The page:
Dhamma Bhumi means Dhamma soil or Dhamma land
The land includes over 40 acres of flowering heath and eucalyptus forest on the edge of an escarpment in the Blue Mountains of New South Wales.
Just outside the town of Blackheath in the Blue Mountains, within walking distance of the railway station, it has excellent rail and road connections with Sydney.
It also has great natural beauty, commanding magnificent views of the cliffs opposite and valley below. Its extensive gardens and ponds attract many native birds and animals, including some very colourful rosellas, and sometimes ducks and wallabies.
It is the oldest Vipassana centre in Australia, and the second to be founded outside India. Mr S. N. Goenka conducted the first two ten-day courses there in late 1983, and a number of other courses in subsequent years. There is now a continuous program of Vipassana courses, with two or more typically held every month.
Facilities comprise a new meditation hall for 300 students, 36 meditation cells, a smaller hall for 40 people, and indoor accommodation for 110, including 16 single rooms with attached bathrooms.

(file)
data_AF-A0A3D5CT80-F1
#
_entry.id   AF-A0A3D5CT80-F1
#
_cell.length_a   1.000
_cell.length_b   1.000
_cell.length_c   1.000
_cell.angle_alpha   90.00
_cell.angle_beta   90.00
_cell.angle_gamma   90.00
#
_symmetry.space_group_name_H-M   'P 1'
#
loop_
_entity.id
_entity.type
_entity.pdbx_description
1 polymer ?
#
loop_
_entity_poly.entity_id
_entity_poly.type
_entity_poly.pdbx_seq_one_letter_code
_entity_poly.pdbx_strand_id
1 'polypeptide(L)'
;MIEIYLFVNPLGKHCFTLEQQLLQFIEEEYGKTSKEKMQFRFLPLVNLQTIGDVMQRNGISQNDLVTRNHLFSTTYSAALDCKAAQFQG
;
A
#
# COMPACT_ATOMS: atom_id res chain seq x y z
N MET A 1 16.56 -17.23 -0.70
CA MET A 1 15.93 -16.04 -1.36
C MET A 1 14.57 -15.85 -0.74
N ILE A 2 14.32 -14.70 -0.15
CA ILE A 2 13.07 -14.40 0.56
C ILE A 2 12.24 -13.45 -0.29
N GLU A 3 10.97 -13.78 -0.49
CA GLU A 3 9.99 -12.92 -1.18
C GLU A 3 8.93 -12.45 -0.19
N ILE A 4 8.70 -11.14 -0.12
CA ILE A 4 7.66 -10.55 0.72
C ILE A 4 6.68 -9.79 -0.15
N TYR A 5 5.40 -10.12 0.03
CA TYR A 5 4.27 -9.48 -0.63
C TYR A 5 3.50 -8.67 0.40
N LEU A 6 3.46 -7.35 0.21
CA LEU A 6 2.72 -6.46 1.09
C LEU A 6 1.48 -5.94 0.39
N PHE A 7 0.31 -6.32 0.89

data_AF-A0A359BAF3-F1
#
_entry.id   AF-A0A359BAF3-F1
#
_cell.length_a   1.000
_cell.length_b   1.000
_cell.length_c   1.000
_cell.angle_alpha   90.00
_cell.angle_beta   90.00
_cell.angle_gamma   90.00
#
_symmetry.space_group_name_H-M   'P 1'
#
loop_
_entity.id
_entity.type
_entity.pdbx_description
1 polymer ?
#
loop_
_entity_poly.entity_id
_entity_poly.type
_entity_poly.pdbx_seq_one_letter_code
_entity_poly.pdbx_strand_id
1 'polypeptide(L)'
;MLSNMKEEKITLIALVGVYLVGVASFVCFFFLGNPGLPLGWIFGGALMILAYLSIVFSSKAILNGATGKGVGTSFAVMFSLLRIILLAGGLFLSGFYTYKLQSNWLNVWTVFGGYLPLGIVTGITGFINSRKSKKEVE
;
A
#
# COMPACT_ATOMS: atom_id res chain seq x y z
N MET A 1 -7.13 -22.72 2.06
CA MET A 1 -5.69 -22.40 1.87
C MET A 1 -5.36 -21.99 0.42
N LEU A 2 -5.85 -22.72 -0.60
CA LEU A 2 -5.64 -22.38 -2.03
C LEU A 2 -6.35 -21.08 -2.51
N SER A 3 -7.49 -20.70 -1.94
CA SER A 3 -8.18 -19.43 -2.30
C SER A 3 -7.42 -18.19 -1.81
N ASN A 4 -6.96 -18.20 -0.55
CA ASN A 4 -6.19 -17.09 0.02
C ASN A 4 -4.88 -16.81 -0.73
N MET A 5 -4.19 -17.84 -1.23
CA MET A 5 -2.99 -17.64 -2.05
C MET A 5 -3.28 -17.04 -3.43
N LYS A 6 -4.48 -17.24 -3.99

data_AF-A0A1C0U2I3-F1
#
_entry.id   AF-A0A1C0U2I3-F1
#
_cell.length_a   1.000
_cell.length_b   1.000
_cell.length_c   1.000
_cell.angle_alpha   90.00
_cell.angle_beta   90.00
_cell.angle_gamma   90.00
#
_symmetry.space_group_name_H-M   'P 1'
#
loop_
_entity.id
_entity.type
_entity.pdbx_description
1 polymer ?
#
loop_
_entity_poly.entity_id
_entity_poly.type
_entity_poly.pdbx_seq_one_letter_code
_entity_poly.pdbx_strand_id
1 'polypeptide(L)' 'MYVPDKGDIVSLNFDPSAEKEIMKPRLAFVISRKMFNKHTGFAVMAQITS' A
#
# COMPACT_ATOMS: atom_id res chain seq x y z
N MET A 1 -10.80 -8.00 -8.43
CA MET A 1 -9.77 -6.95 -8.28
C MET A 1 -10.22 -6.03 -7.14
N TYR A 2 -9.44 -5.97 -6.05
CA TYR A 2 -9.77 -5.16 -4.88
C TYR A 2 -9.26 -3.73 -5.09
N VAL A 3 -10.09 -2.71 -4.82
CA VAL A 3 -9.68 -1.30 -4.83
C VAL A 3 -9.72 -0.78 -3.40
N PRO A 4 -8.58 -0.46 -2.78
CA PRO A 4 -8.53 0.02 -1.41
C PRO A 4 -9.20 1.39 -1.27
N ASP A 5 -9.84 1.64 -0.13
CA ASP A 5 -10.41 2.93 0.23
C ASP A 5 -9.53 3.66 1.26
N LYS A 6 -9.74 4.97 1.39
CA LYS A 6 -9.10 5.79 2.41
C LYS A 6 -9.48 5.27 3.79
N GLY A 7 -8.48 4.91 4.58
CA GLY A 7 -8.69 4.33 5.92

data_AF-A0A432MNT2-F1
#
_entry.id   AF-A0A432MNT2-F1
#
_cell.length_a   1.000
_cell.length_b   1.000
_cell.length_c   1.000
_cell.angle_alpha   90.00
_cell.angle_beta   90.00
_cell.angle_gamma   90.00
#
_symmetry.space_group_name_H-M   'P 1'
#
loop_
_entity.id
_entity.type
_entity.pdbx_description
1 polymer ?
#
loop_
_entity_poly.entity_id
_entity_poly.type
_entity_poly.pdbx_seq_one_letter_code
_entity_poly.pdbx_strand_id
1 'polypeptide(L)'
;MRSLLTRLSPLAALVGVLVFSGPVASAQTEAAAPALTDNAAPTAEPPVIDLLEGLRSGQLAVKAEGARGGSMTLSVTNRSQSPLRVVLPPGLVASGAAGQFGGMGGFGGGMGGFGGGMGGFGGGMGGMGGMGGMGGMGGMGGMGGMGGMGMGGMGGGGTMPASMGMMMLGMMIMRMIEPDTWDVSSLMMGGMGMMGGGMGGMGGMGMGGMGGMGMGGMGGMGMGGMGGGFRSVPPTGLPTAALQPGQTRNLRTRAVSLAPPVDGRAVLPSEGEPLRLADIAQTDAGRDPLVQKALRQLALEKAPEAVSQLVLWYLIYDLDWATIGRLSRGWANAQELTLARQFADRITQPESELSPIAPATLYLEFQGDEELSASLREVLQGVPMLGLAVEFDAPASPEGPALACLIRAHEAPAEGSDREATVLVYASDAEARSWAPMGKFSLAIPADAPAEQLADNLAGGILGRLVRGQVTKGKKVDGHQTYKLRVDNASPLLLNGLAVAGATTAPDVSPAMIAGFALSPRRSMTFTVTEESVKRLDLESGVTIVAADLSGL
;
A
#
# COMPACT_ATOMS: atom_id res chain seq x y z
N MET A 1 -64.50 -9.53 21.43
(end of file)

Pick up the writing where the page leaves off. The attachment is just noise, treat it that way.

Since the Centre opened in 1983 much attention has been given to the gardens. Fruit trees and various other trees, shrubs, and flowers have been planted to create a gentle but colourful effect where there was once bare earth or raw bushland.
Lawns have been sown, paths made, and several ponds with goldfish and water lilies have been created to give a peaceful, pleasing effect. It is now proposed to build on this earlier work by developing a landscaping and gardening master plan so as to conserve and enhance the natural beauty of the land. The aim is to enhance the area around the buildings mainly with the planting of trees, flowers, shrubs and grasses, to optimise shade, light and colour. Prime areas of native bush will also be conserved.
More photographs of Dhamma Bhumi can be viewed by following this link